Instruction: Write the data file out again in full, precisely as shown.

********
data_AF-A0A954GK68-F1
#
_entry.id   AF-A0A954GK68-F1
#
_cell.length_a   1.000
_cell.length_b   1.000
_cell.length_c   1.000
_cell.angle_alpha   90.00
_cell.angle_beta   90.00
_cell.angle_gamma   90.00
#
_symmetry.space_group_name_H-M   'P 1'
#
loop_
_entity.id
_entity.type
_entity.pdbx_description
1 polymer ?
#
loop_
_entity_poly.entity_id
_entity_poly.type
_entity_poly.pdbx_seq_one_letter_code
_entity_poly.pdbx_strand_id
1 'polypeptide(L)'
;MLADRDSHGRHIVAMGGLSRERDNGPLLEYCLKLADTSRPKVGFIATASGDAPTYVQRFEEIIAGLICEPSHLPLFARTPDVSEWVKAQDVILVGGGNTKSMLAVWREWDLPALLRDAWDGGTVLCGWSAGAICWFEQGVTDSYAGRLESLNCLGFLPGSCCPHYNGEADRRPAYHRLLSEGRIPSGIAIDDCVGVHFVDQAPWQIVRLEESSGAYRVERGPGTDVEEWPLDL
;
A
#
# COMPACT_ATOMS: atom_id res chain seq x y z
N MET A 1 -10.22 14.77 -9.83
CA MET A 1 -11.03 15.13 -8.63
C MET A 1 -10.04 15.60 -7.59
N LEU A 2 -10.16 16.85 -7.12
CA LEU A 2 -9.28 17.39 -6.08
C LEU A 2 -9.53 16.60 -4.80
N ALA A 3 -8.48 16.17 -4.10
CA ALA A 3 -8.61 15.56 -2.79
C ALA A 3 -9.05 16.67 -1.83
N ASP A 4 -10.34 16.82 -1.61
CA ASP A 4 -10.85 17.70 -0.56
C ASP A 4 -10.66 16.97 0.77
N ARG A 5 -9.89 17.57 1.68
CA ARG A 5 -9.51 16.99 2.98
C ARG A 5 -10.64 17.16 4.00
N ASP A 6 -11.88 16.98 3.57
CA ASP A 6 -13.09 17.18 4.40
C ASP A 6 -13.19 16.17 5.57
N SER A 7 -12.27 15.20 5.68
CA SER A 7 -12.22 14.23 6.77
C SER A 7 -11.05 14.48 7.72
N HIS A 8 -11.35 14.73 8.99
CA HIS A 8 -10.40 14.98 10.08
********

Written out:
data_AF-A0A954GK68-F1
#
_entry.id   AF-A0A954GK68-F1
#
_cell.length_a   1.000
_cell.length_b   1.000
_cell.length_c   1.000
_cell.angle_alpha   90.00
_cell.angle_beta   90.00
_cell.angle_gamma   90.00
#
_symmetry.space_group_name_H-M   'P 1'
#
loop_
_entity.id
_entity.type
_entity.pdbx_description
1 polymer ?
#
loop_
_entity_poly.entity_id
_entity_poly.type
_entity_poly.pdbx_seq_one_letter_code
_entity_poly.pdbx_strand_id
1 'polypeptide(L)'
;MLADRDSHGRHIVAMGGLSRERDNGPLLEYCLKLADTSRPKVGFIATASGDAPTYVQRFEEIIAGLICEPSHLPLFARTPDVSEWVKAQDVILVGGGNTKSMLAVWREWDLPALLRDAWDGGTVLCGWSAGAICWFEQGVTDSYAGRLESLNCLGFLPGSCCPHYNGEADRRPAYHRLLSEGRIPSGIAIDDCVGVHFVDQAPWQIVRLEESSGAYRVERGPGTDVEEWPLDL
;
A
#
# COMPACT_ATOMS: atom_id res chain seq x y z
N MET A 1 -10.22 14.77 -9.83
CA MET A 1 -11.03 15.13 -8.63
C MET A 1 -10.04 15.60 -7.59
N LEU A 2 -10.16 16.85 -7.12
CA LEU A 2 -9.28 17.39 -6.08
C LEU A 2 -9.53 16.60 -4.80
N ALA A 3 -8.48 16.17 -4.10
CA ALA A 3 -8.61 15.56 -2.79
C ALA A 3 -9.05 16.67 -1.83
N ASP A 4 -10.34 16.82 -1.61
CA ASP A 4 -10.85 17.70 -0.56
C ASP A 4 -10.66 16.97 0.77
N ARG A 5 -9.89 17.57 1.68
CA ARG A 5 -9.51 16.99 2.98
C ARG A 5 -10.64 17.16 4.00
N ASP A 6 -11.88 16.98 3.57
CA ASP A 6 -13.09 17.18 4.40
C ASP A 6 -13.19 16.17 5.57
N SER A 7 -12.27 15.20 5.68
CA SER A 7 -12.22 14.23 6.77
C SER A 7 -11.05 14.48 7.72
N HIS A 8 -11.35 14.73 8.99
CA HIS A 8 -10.40 14.98 10.08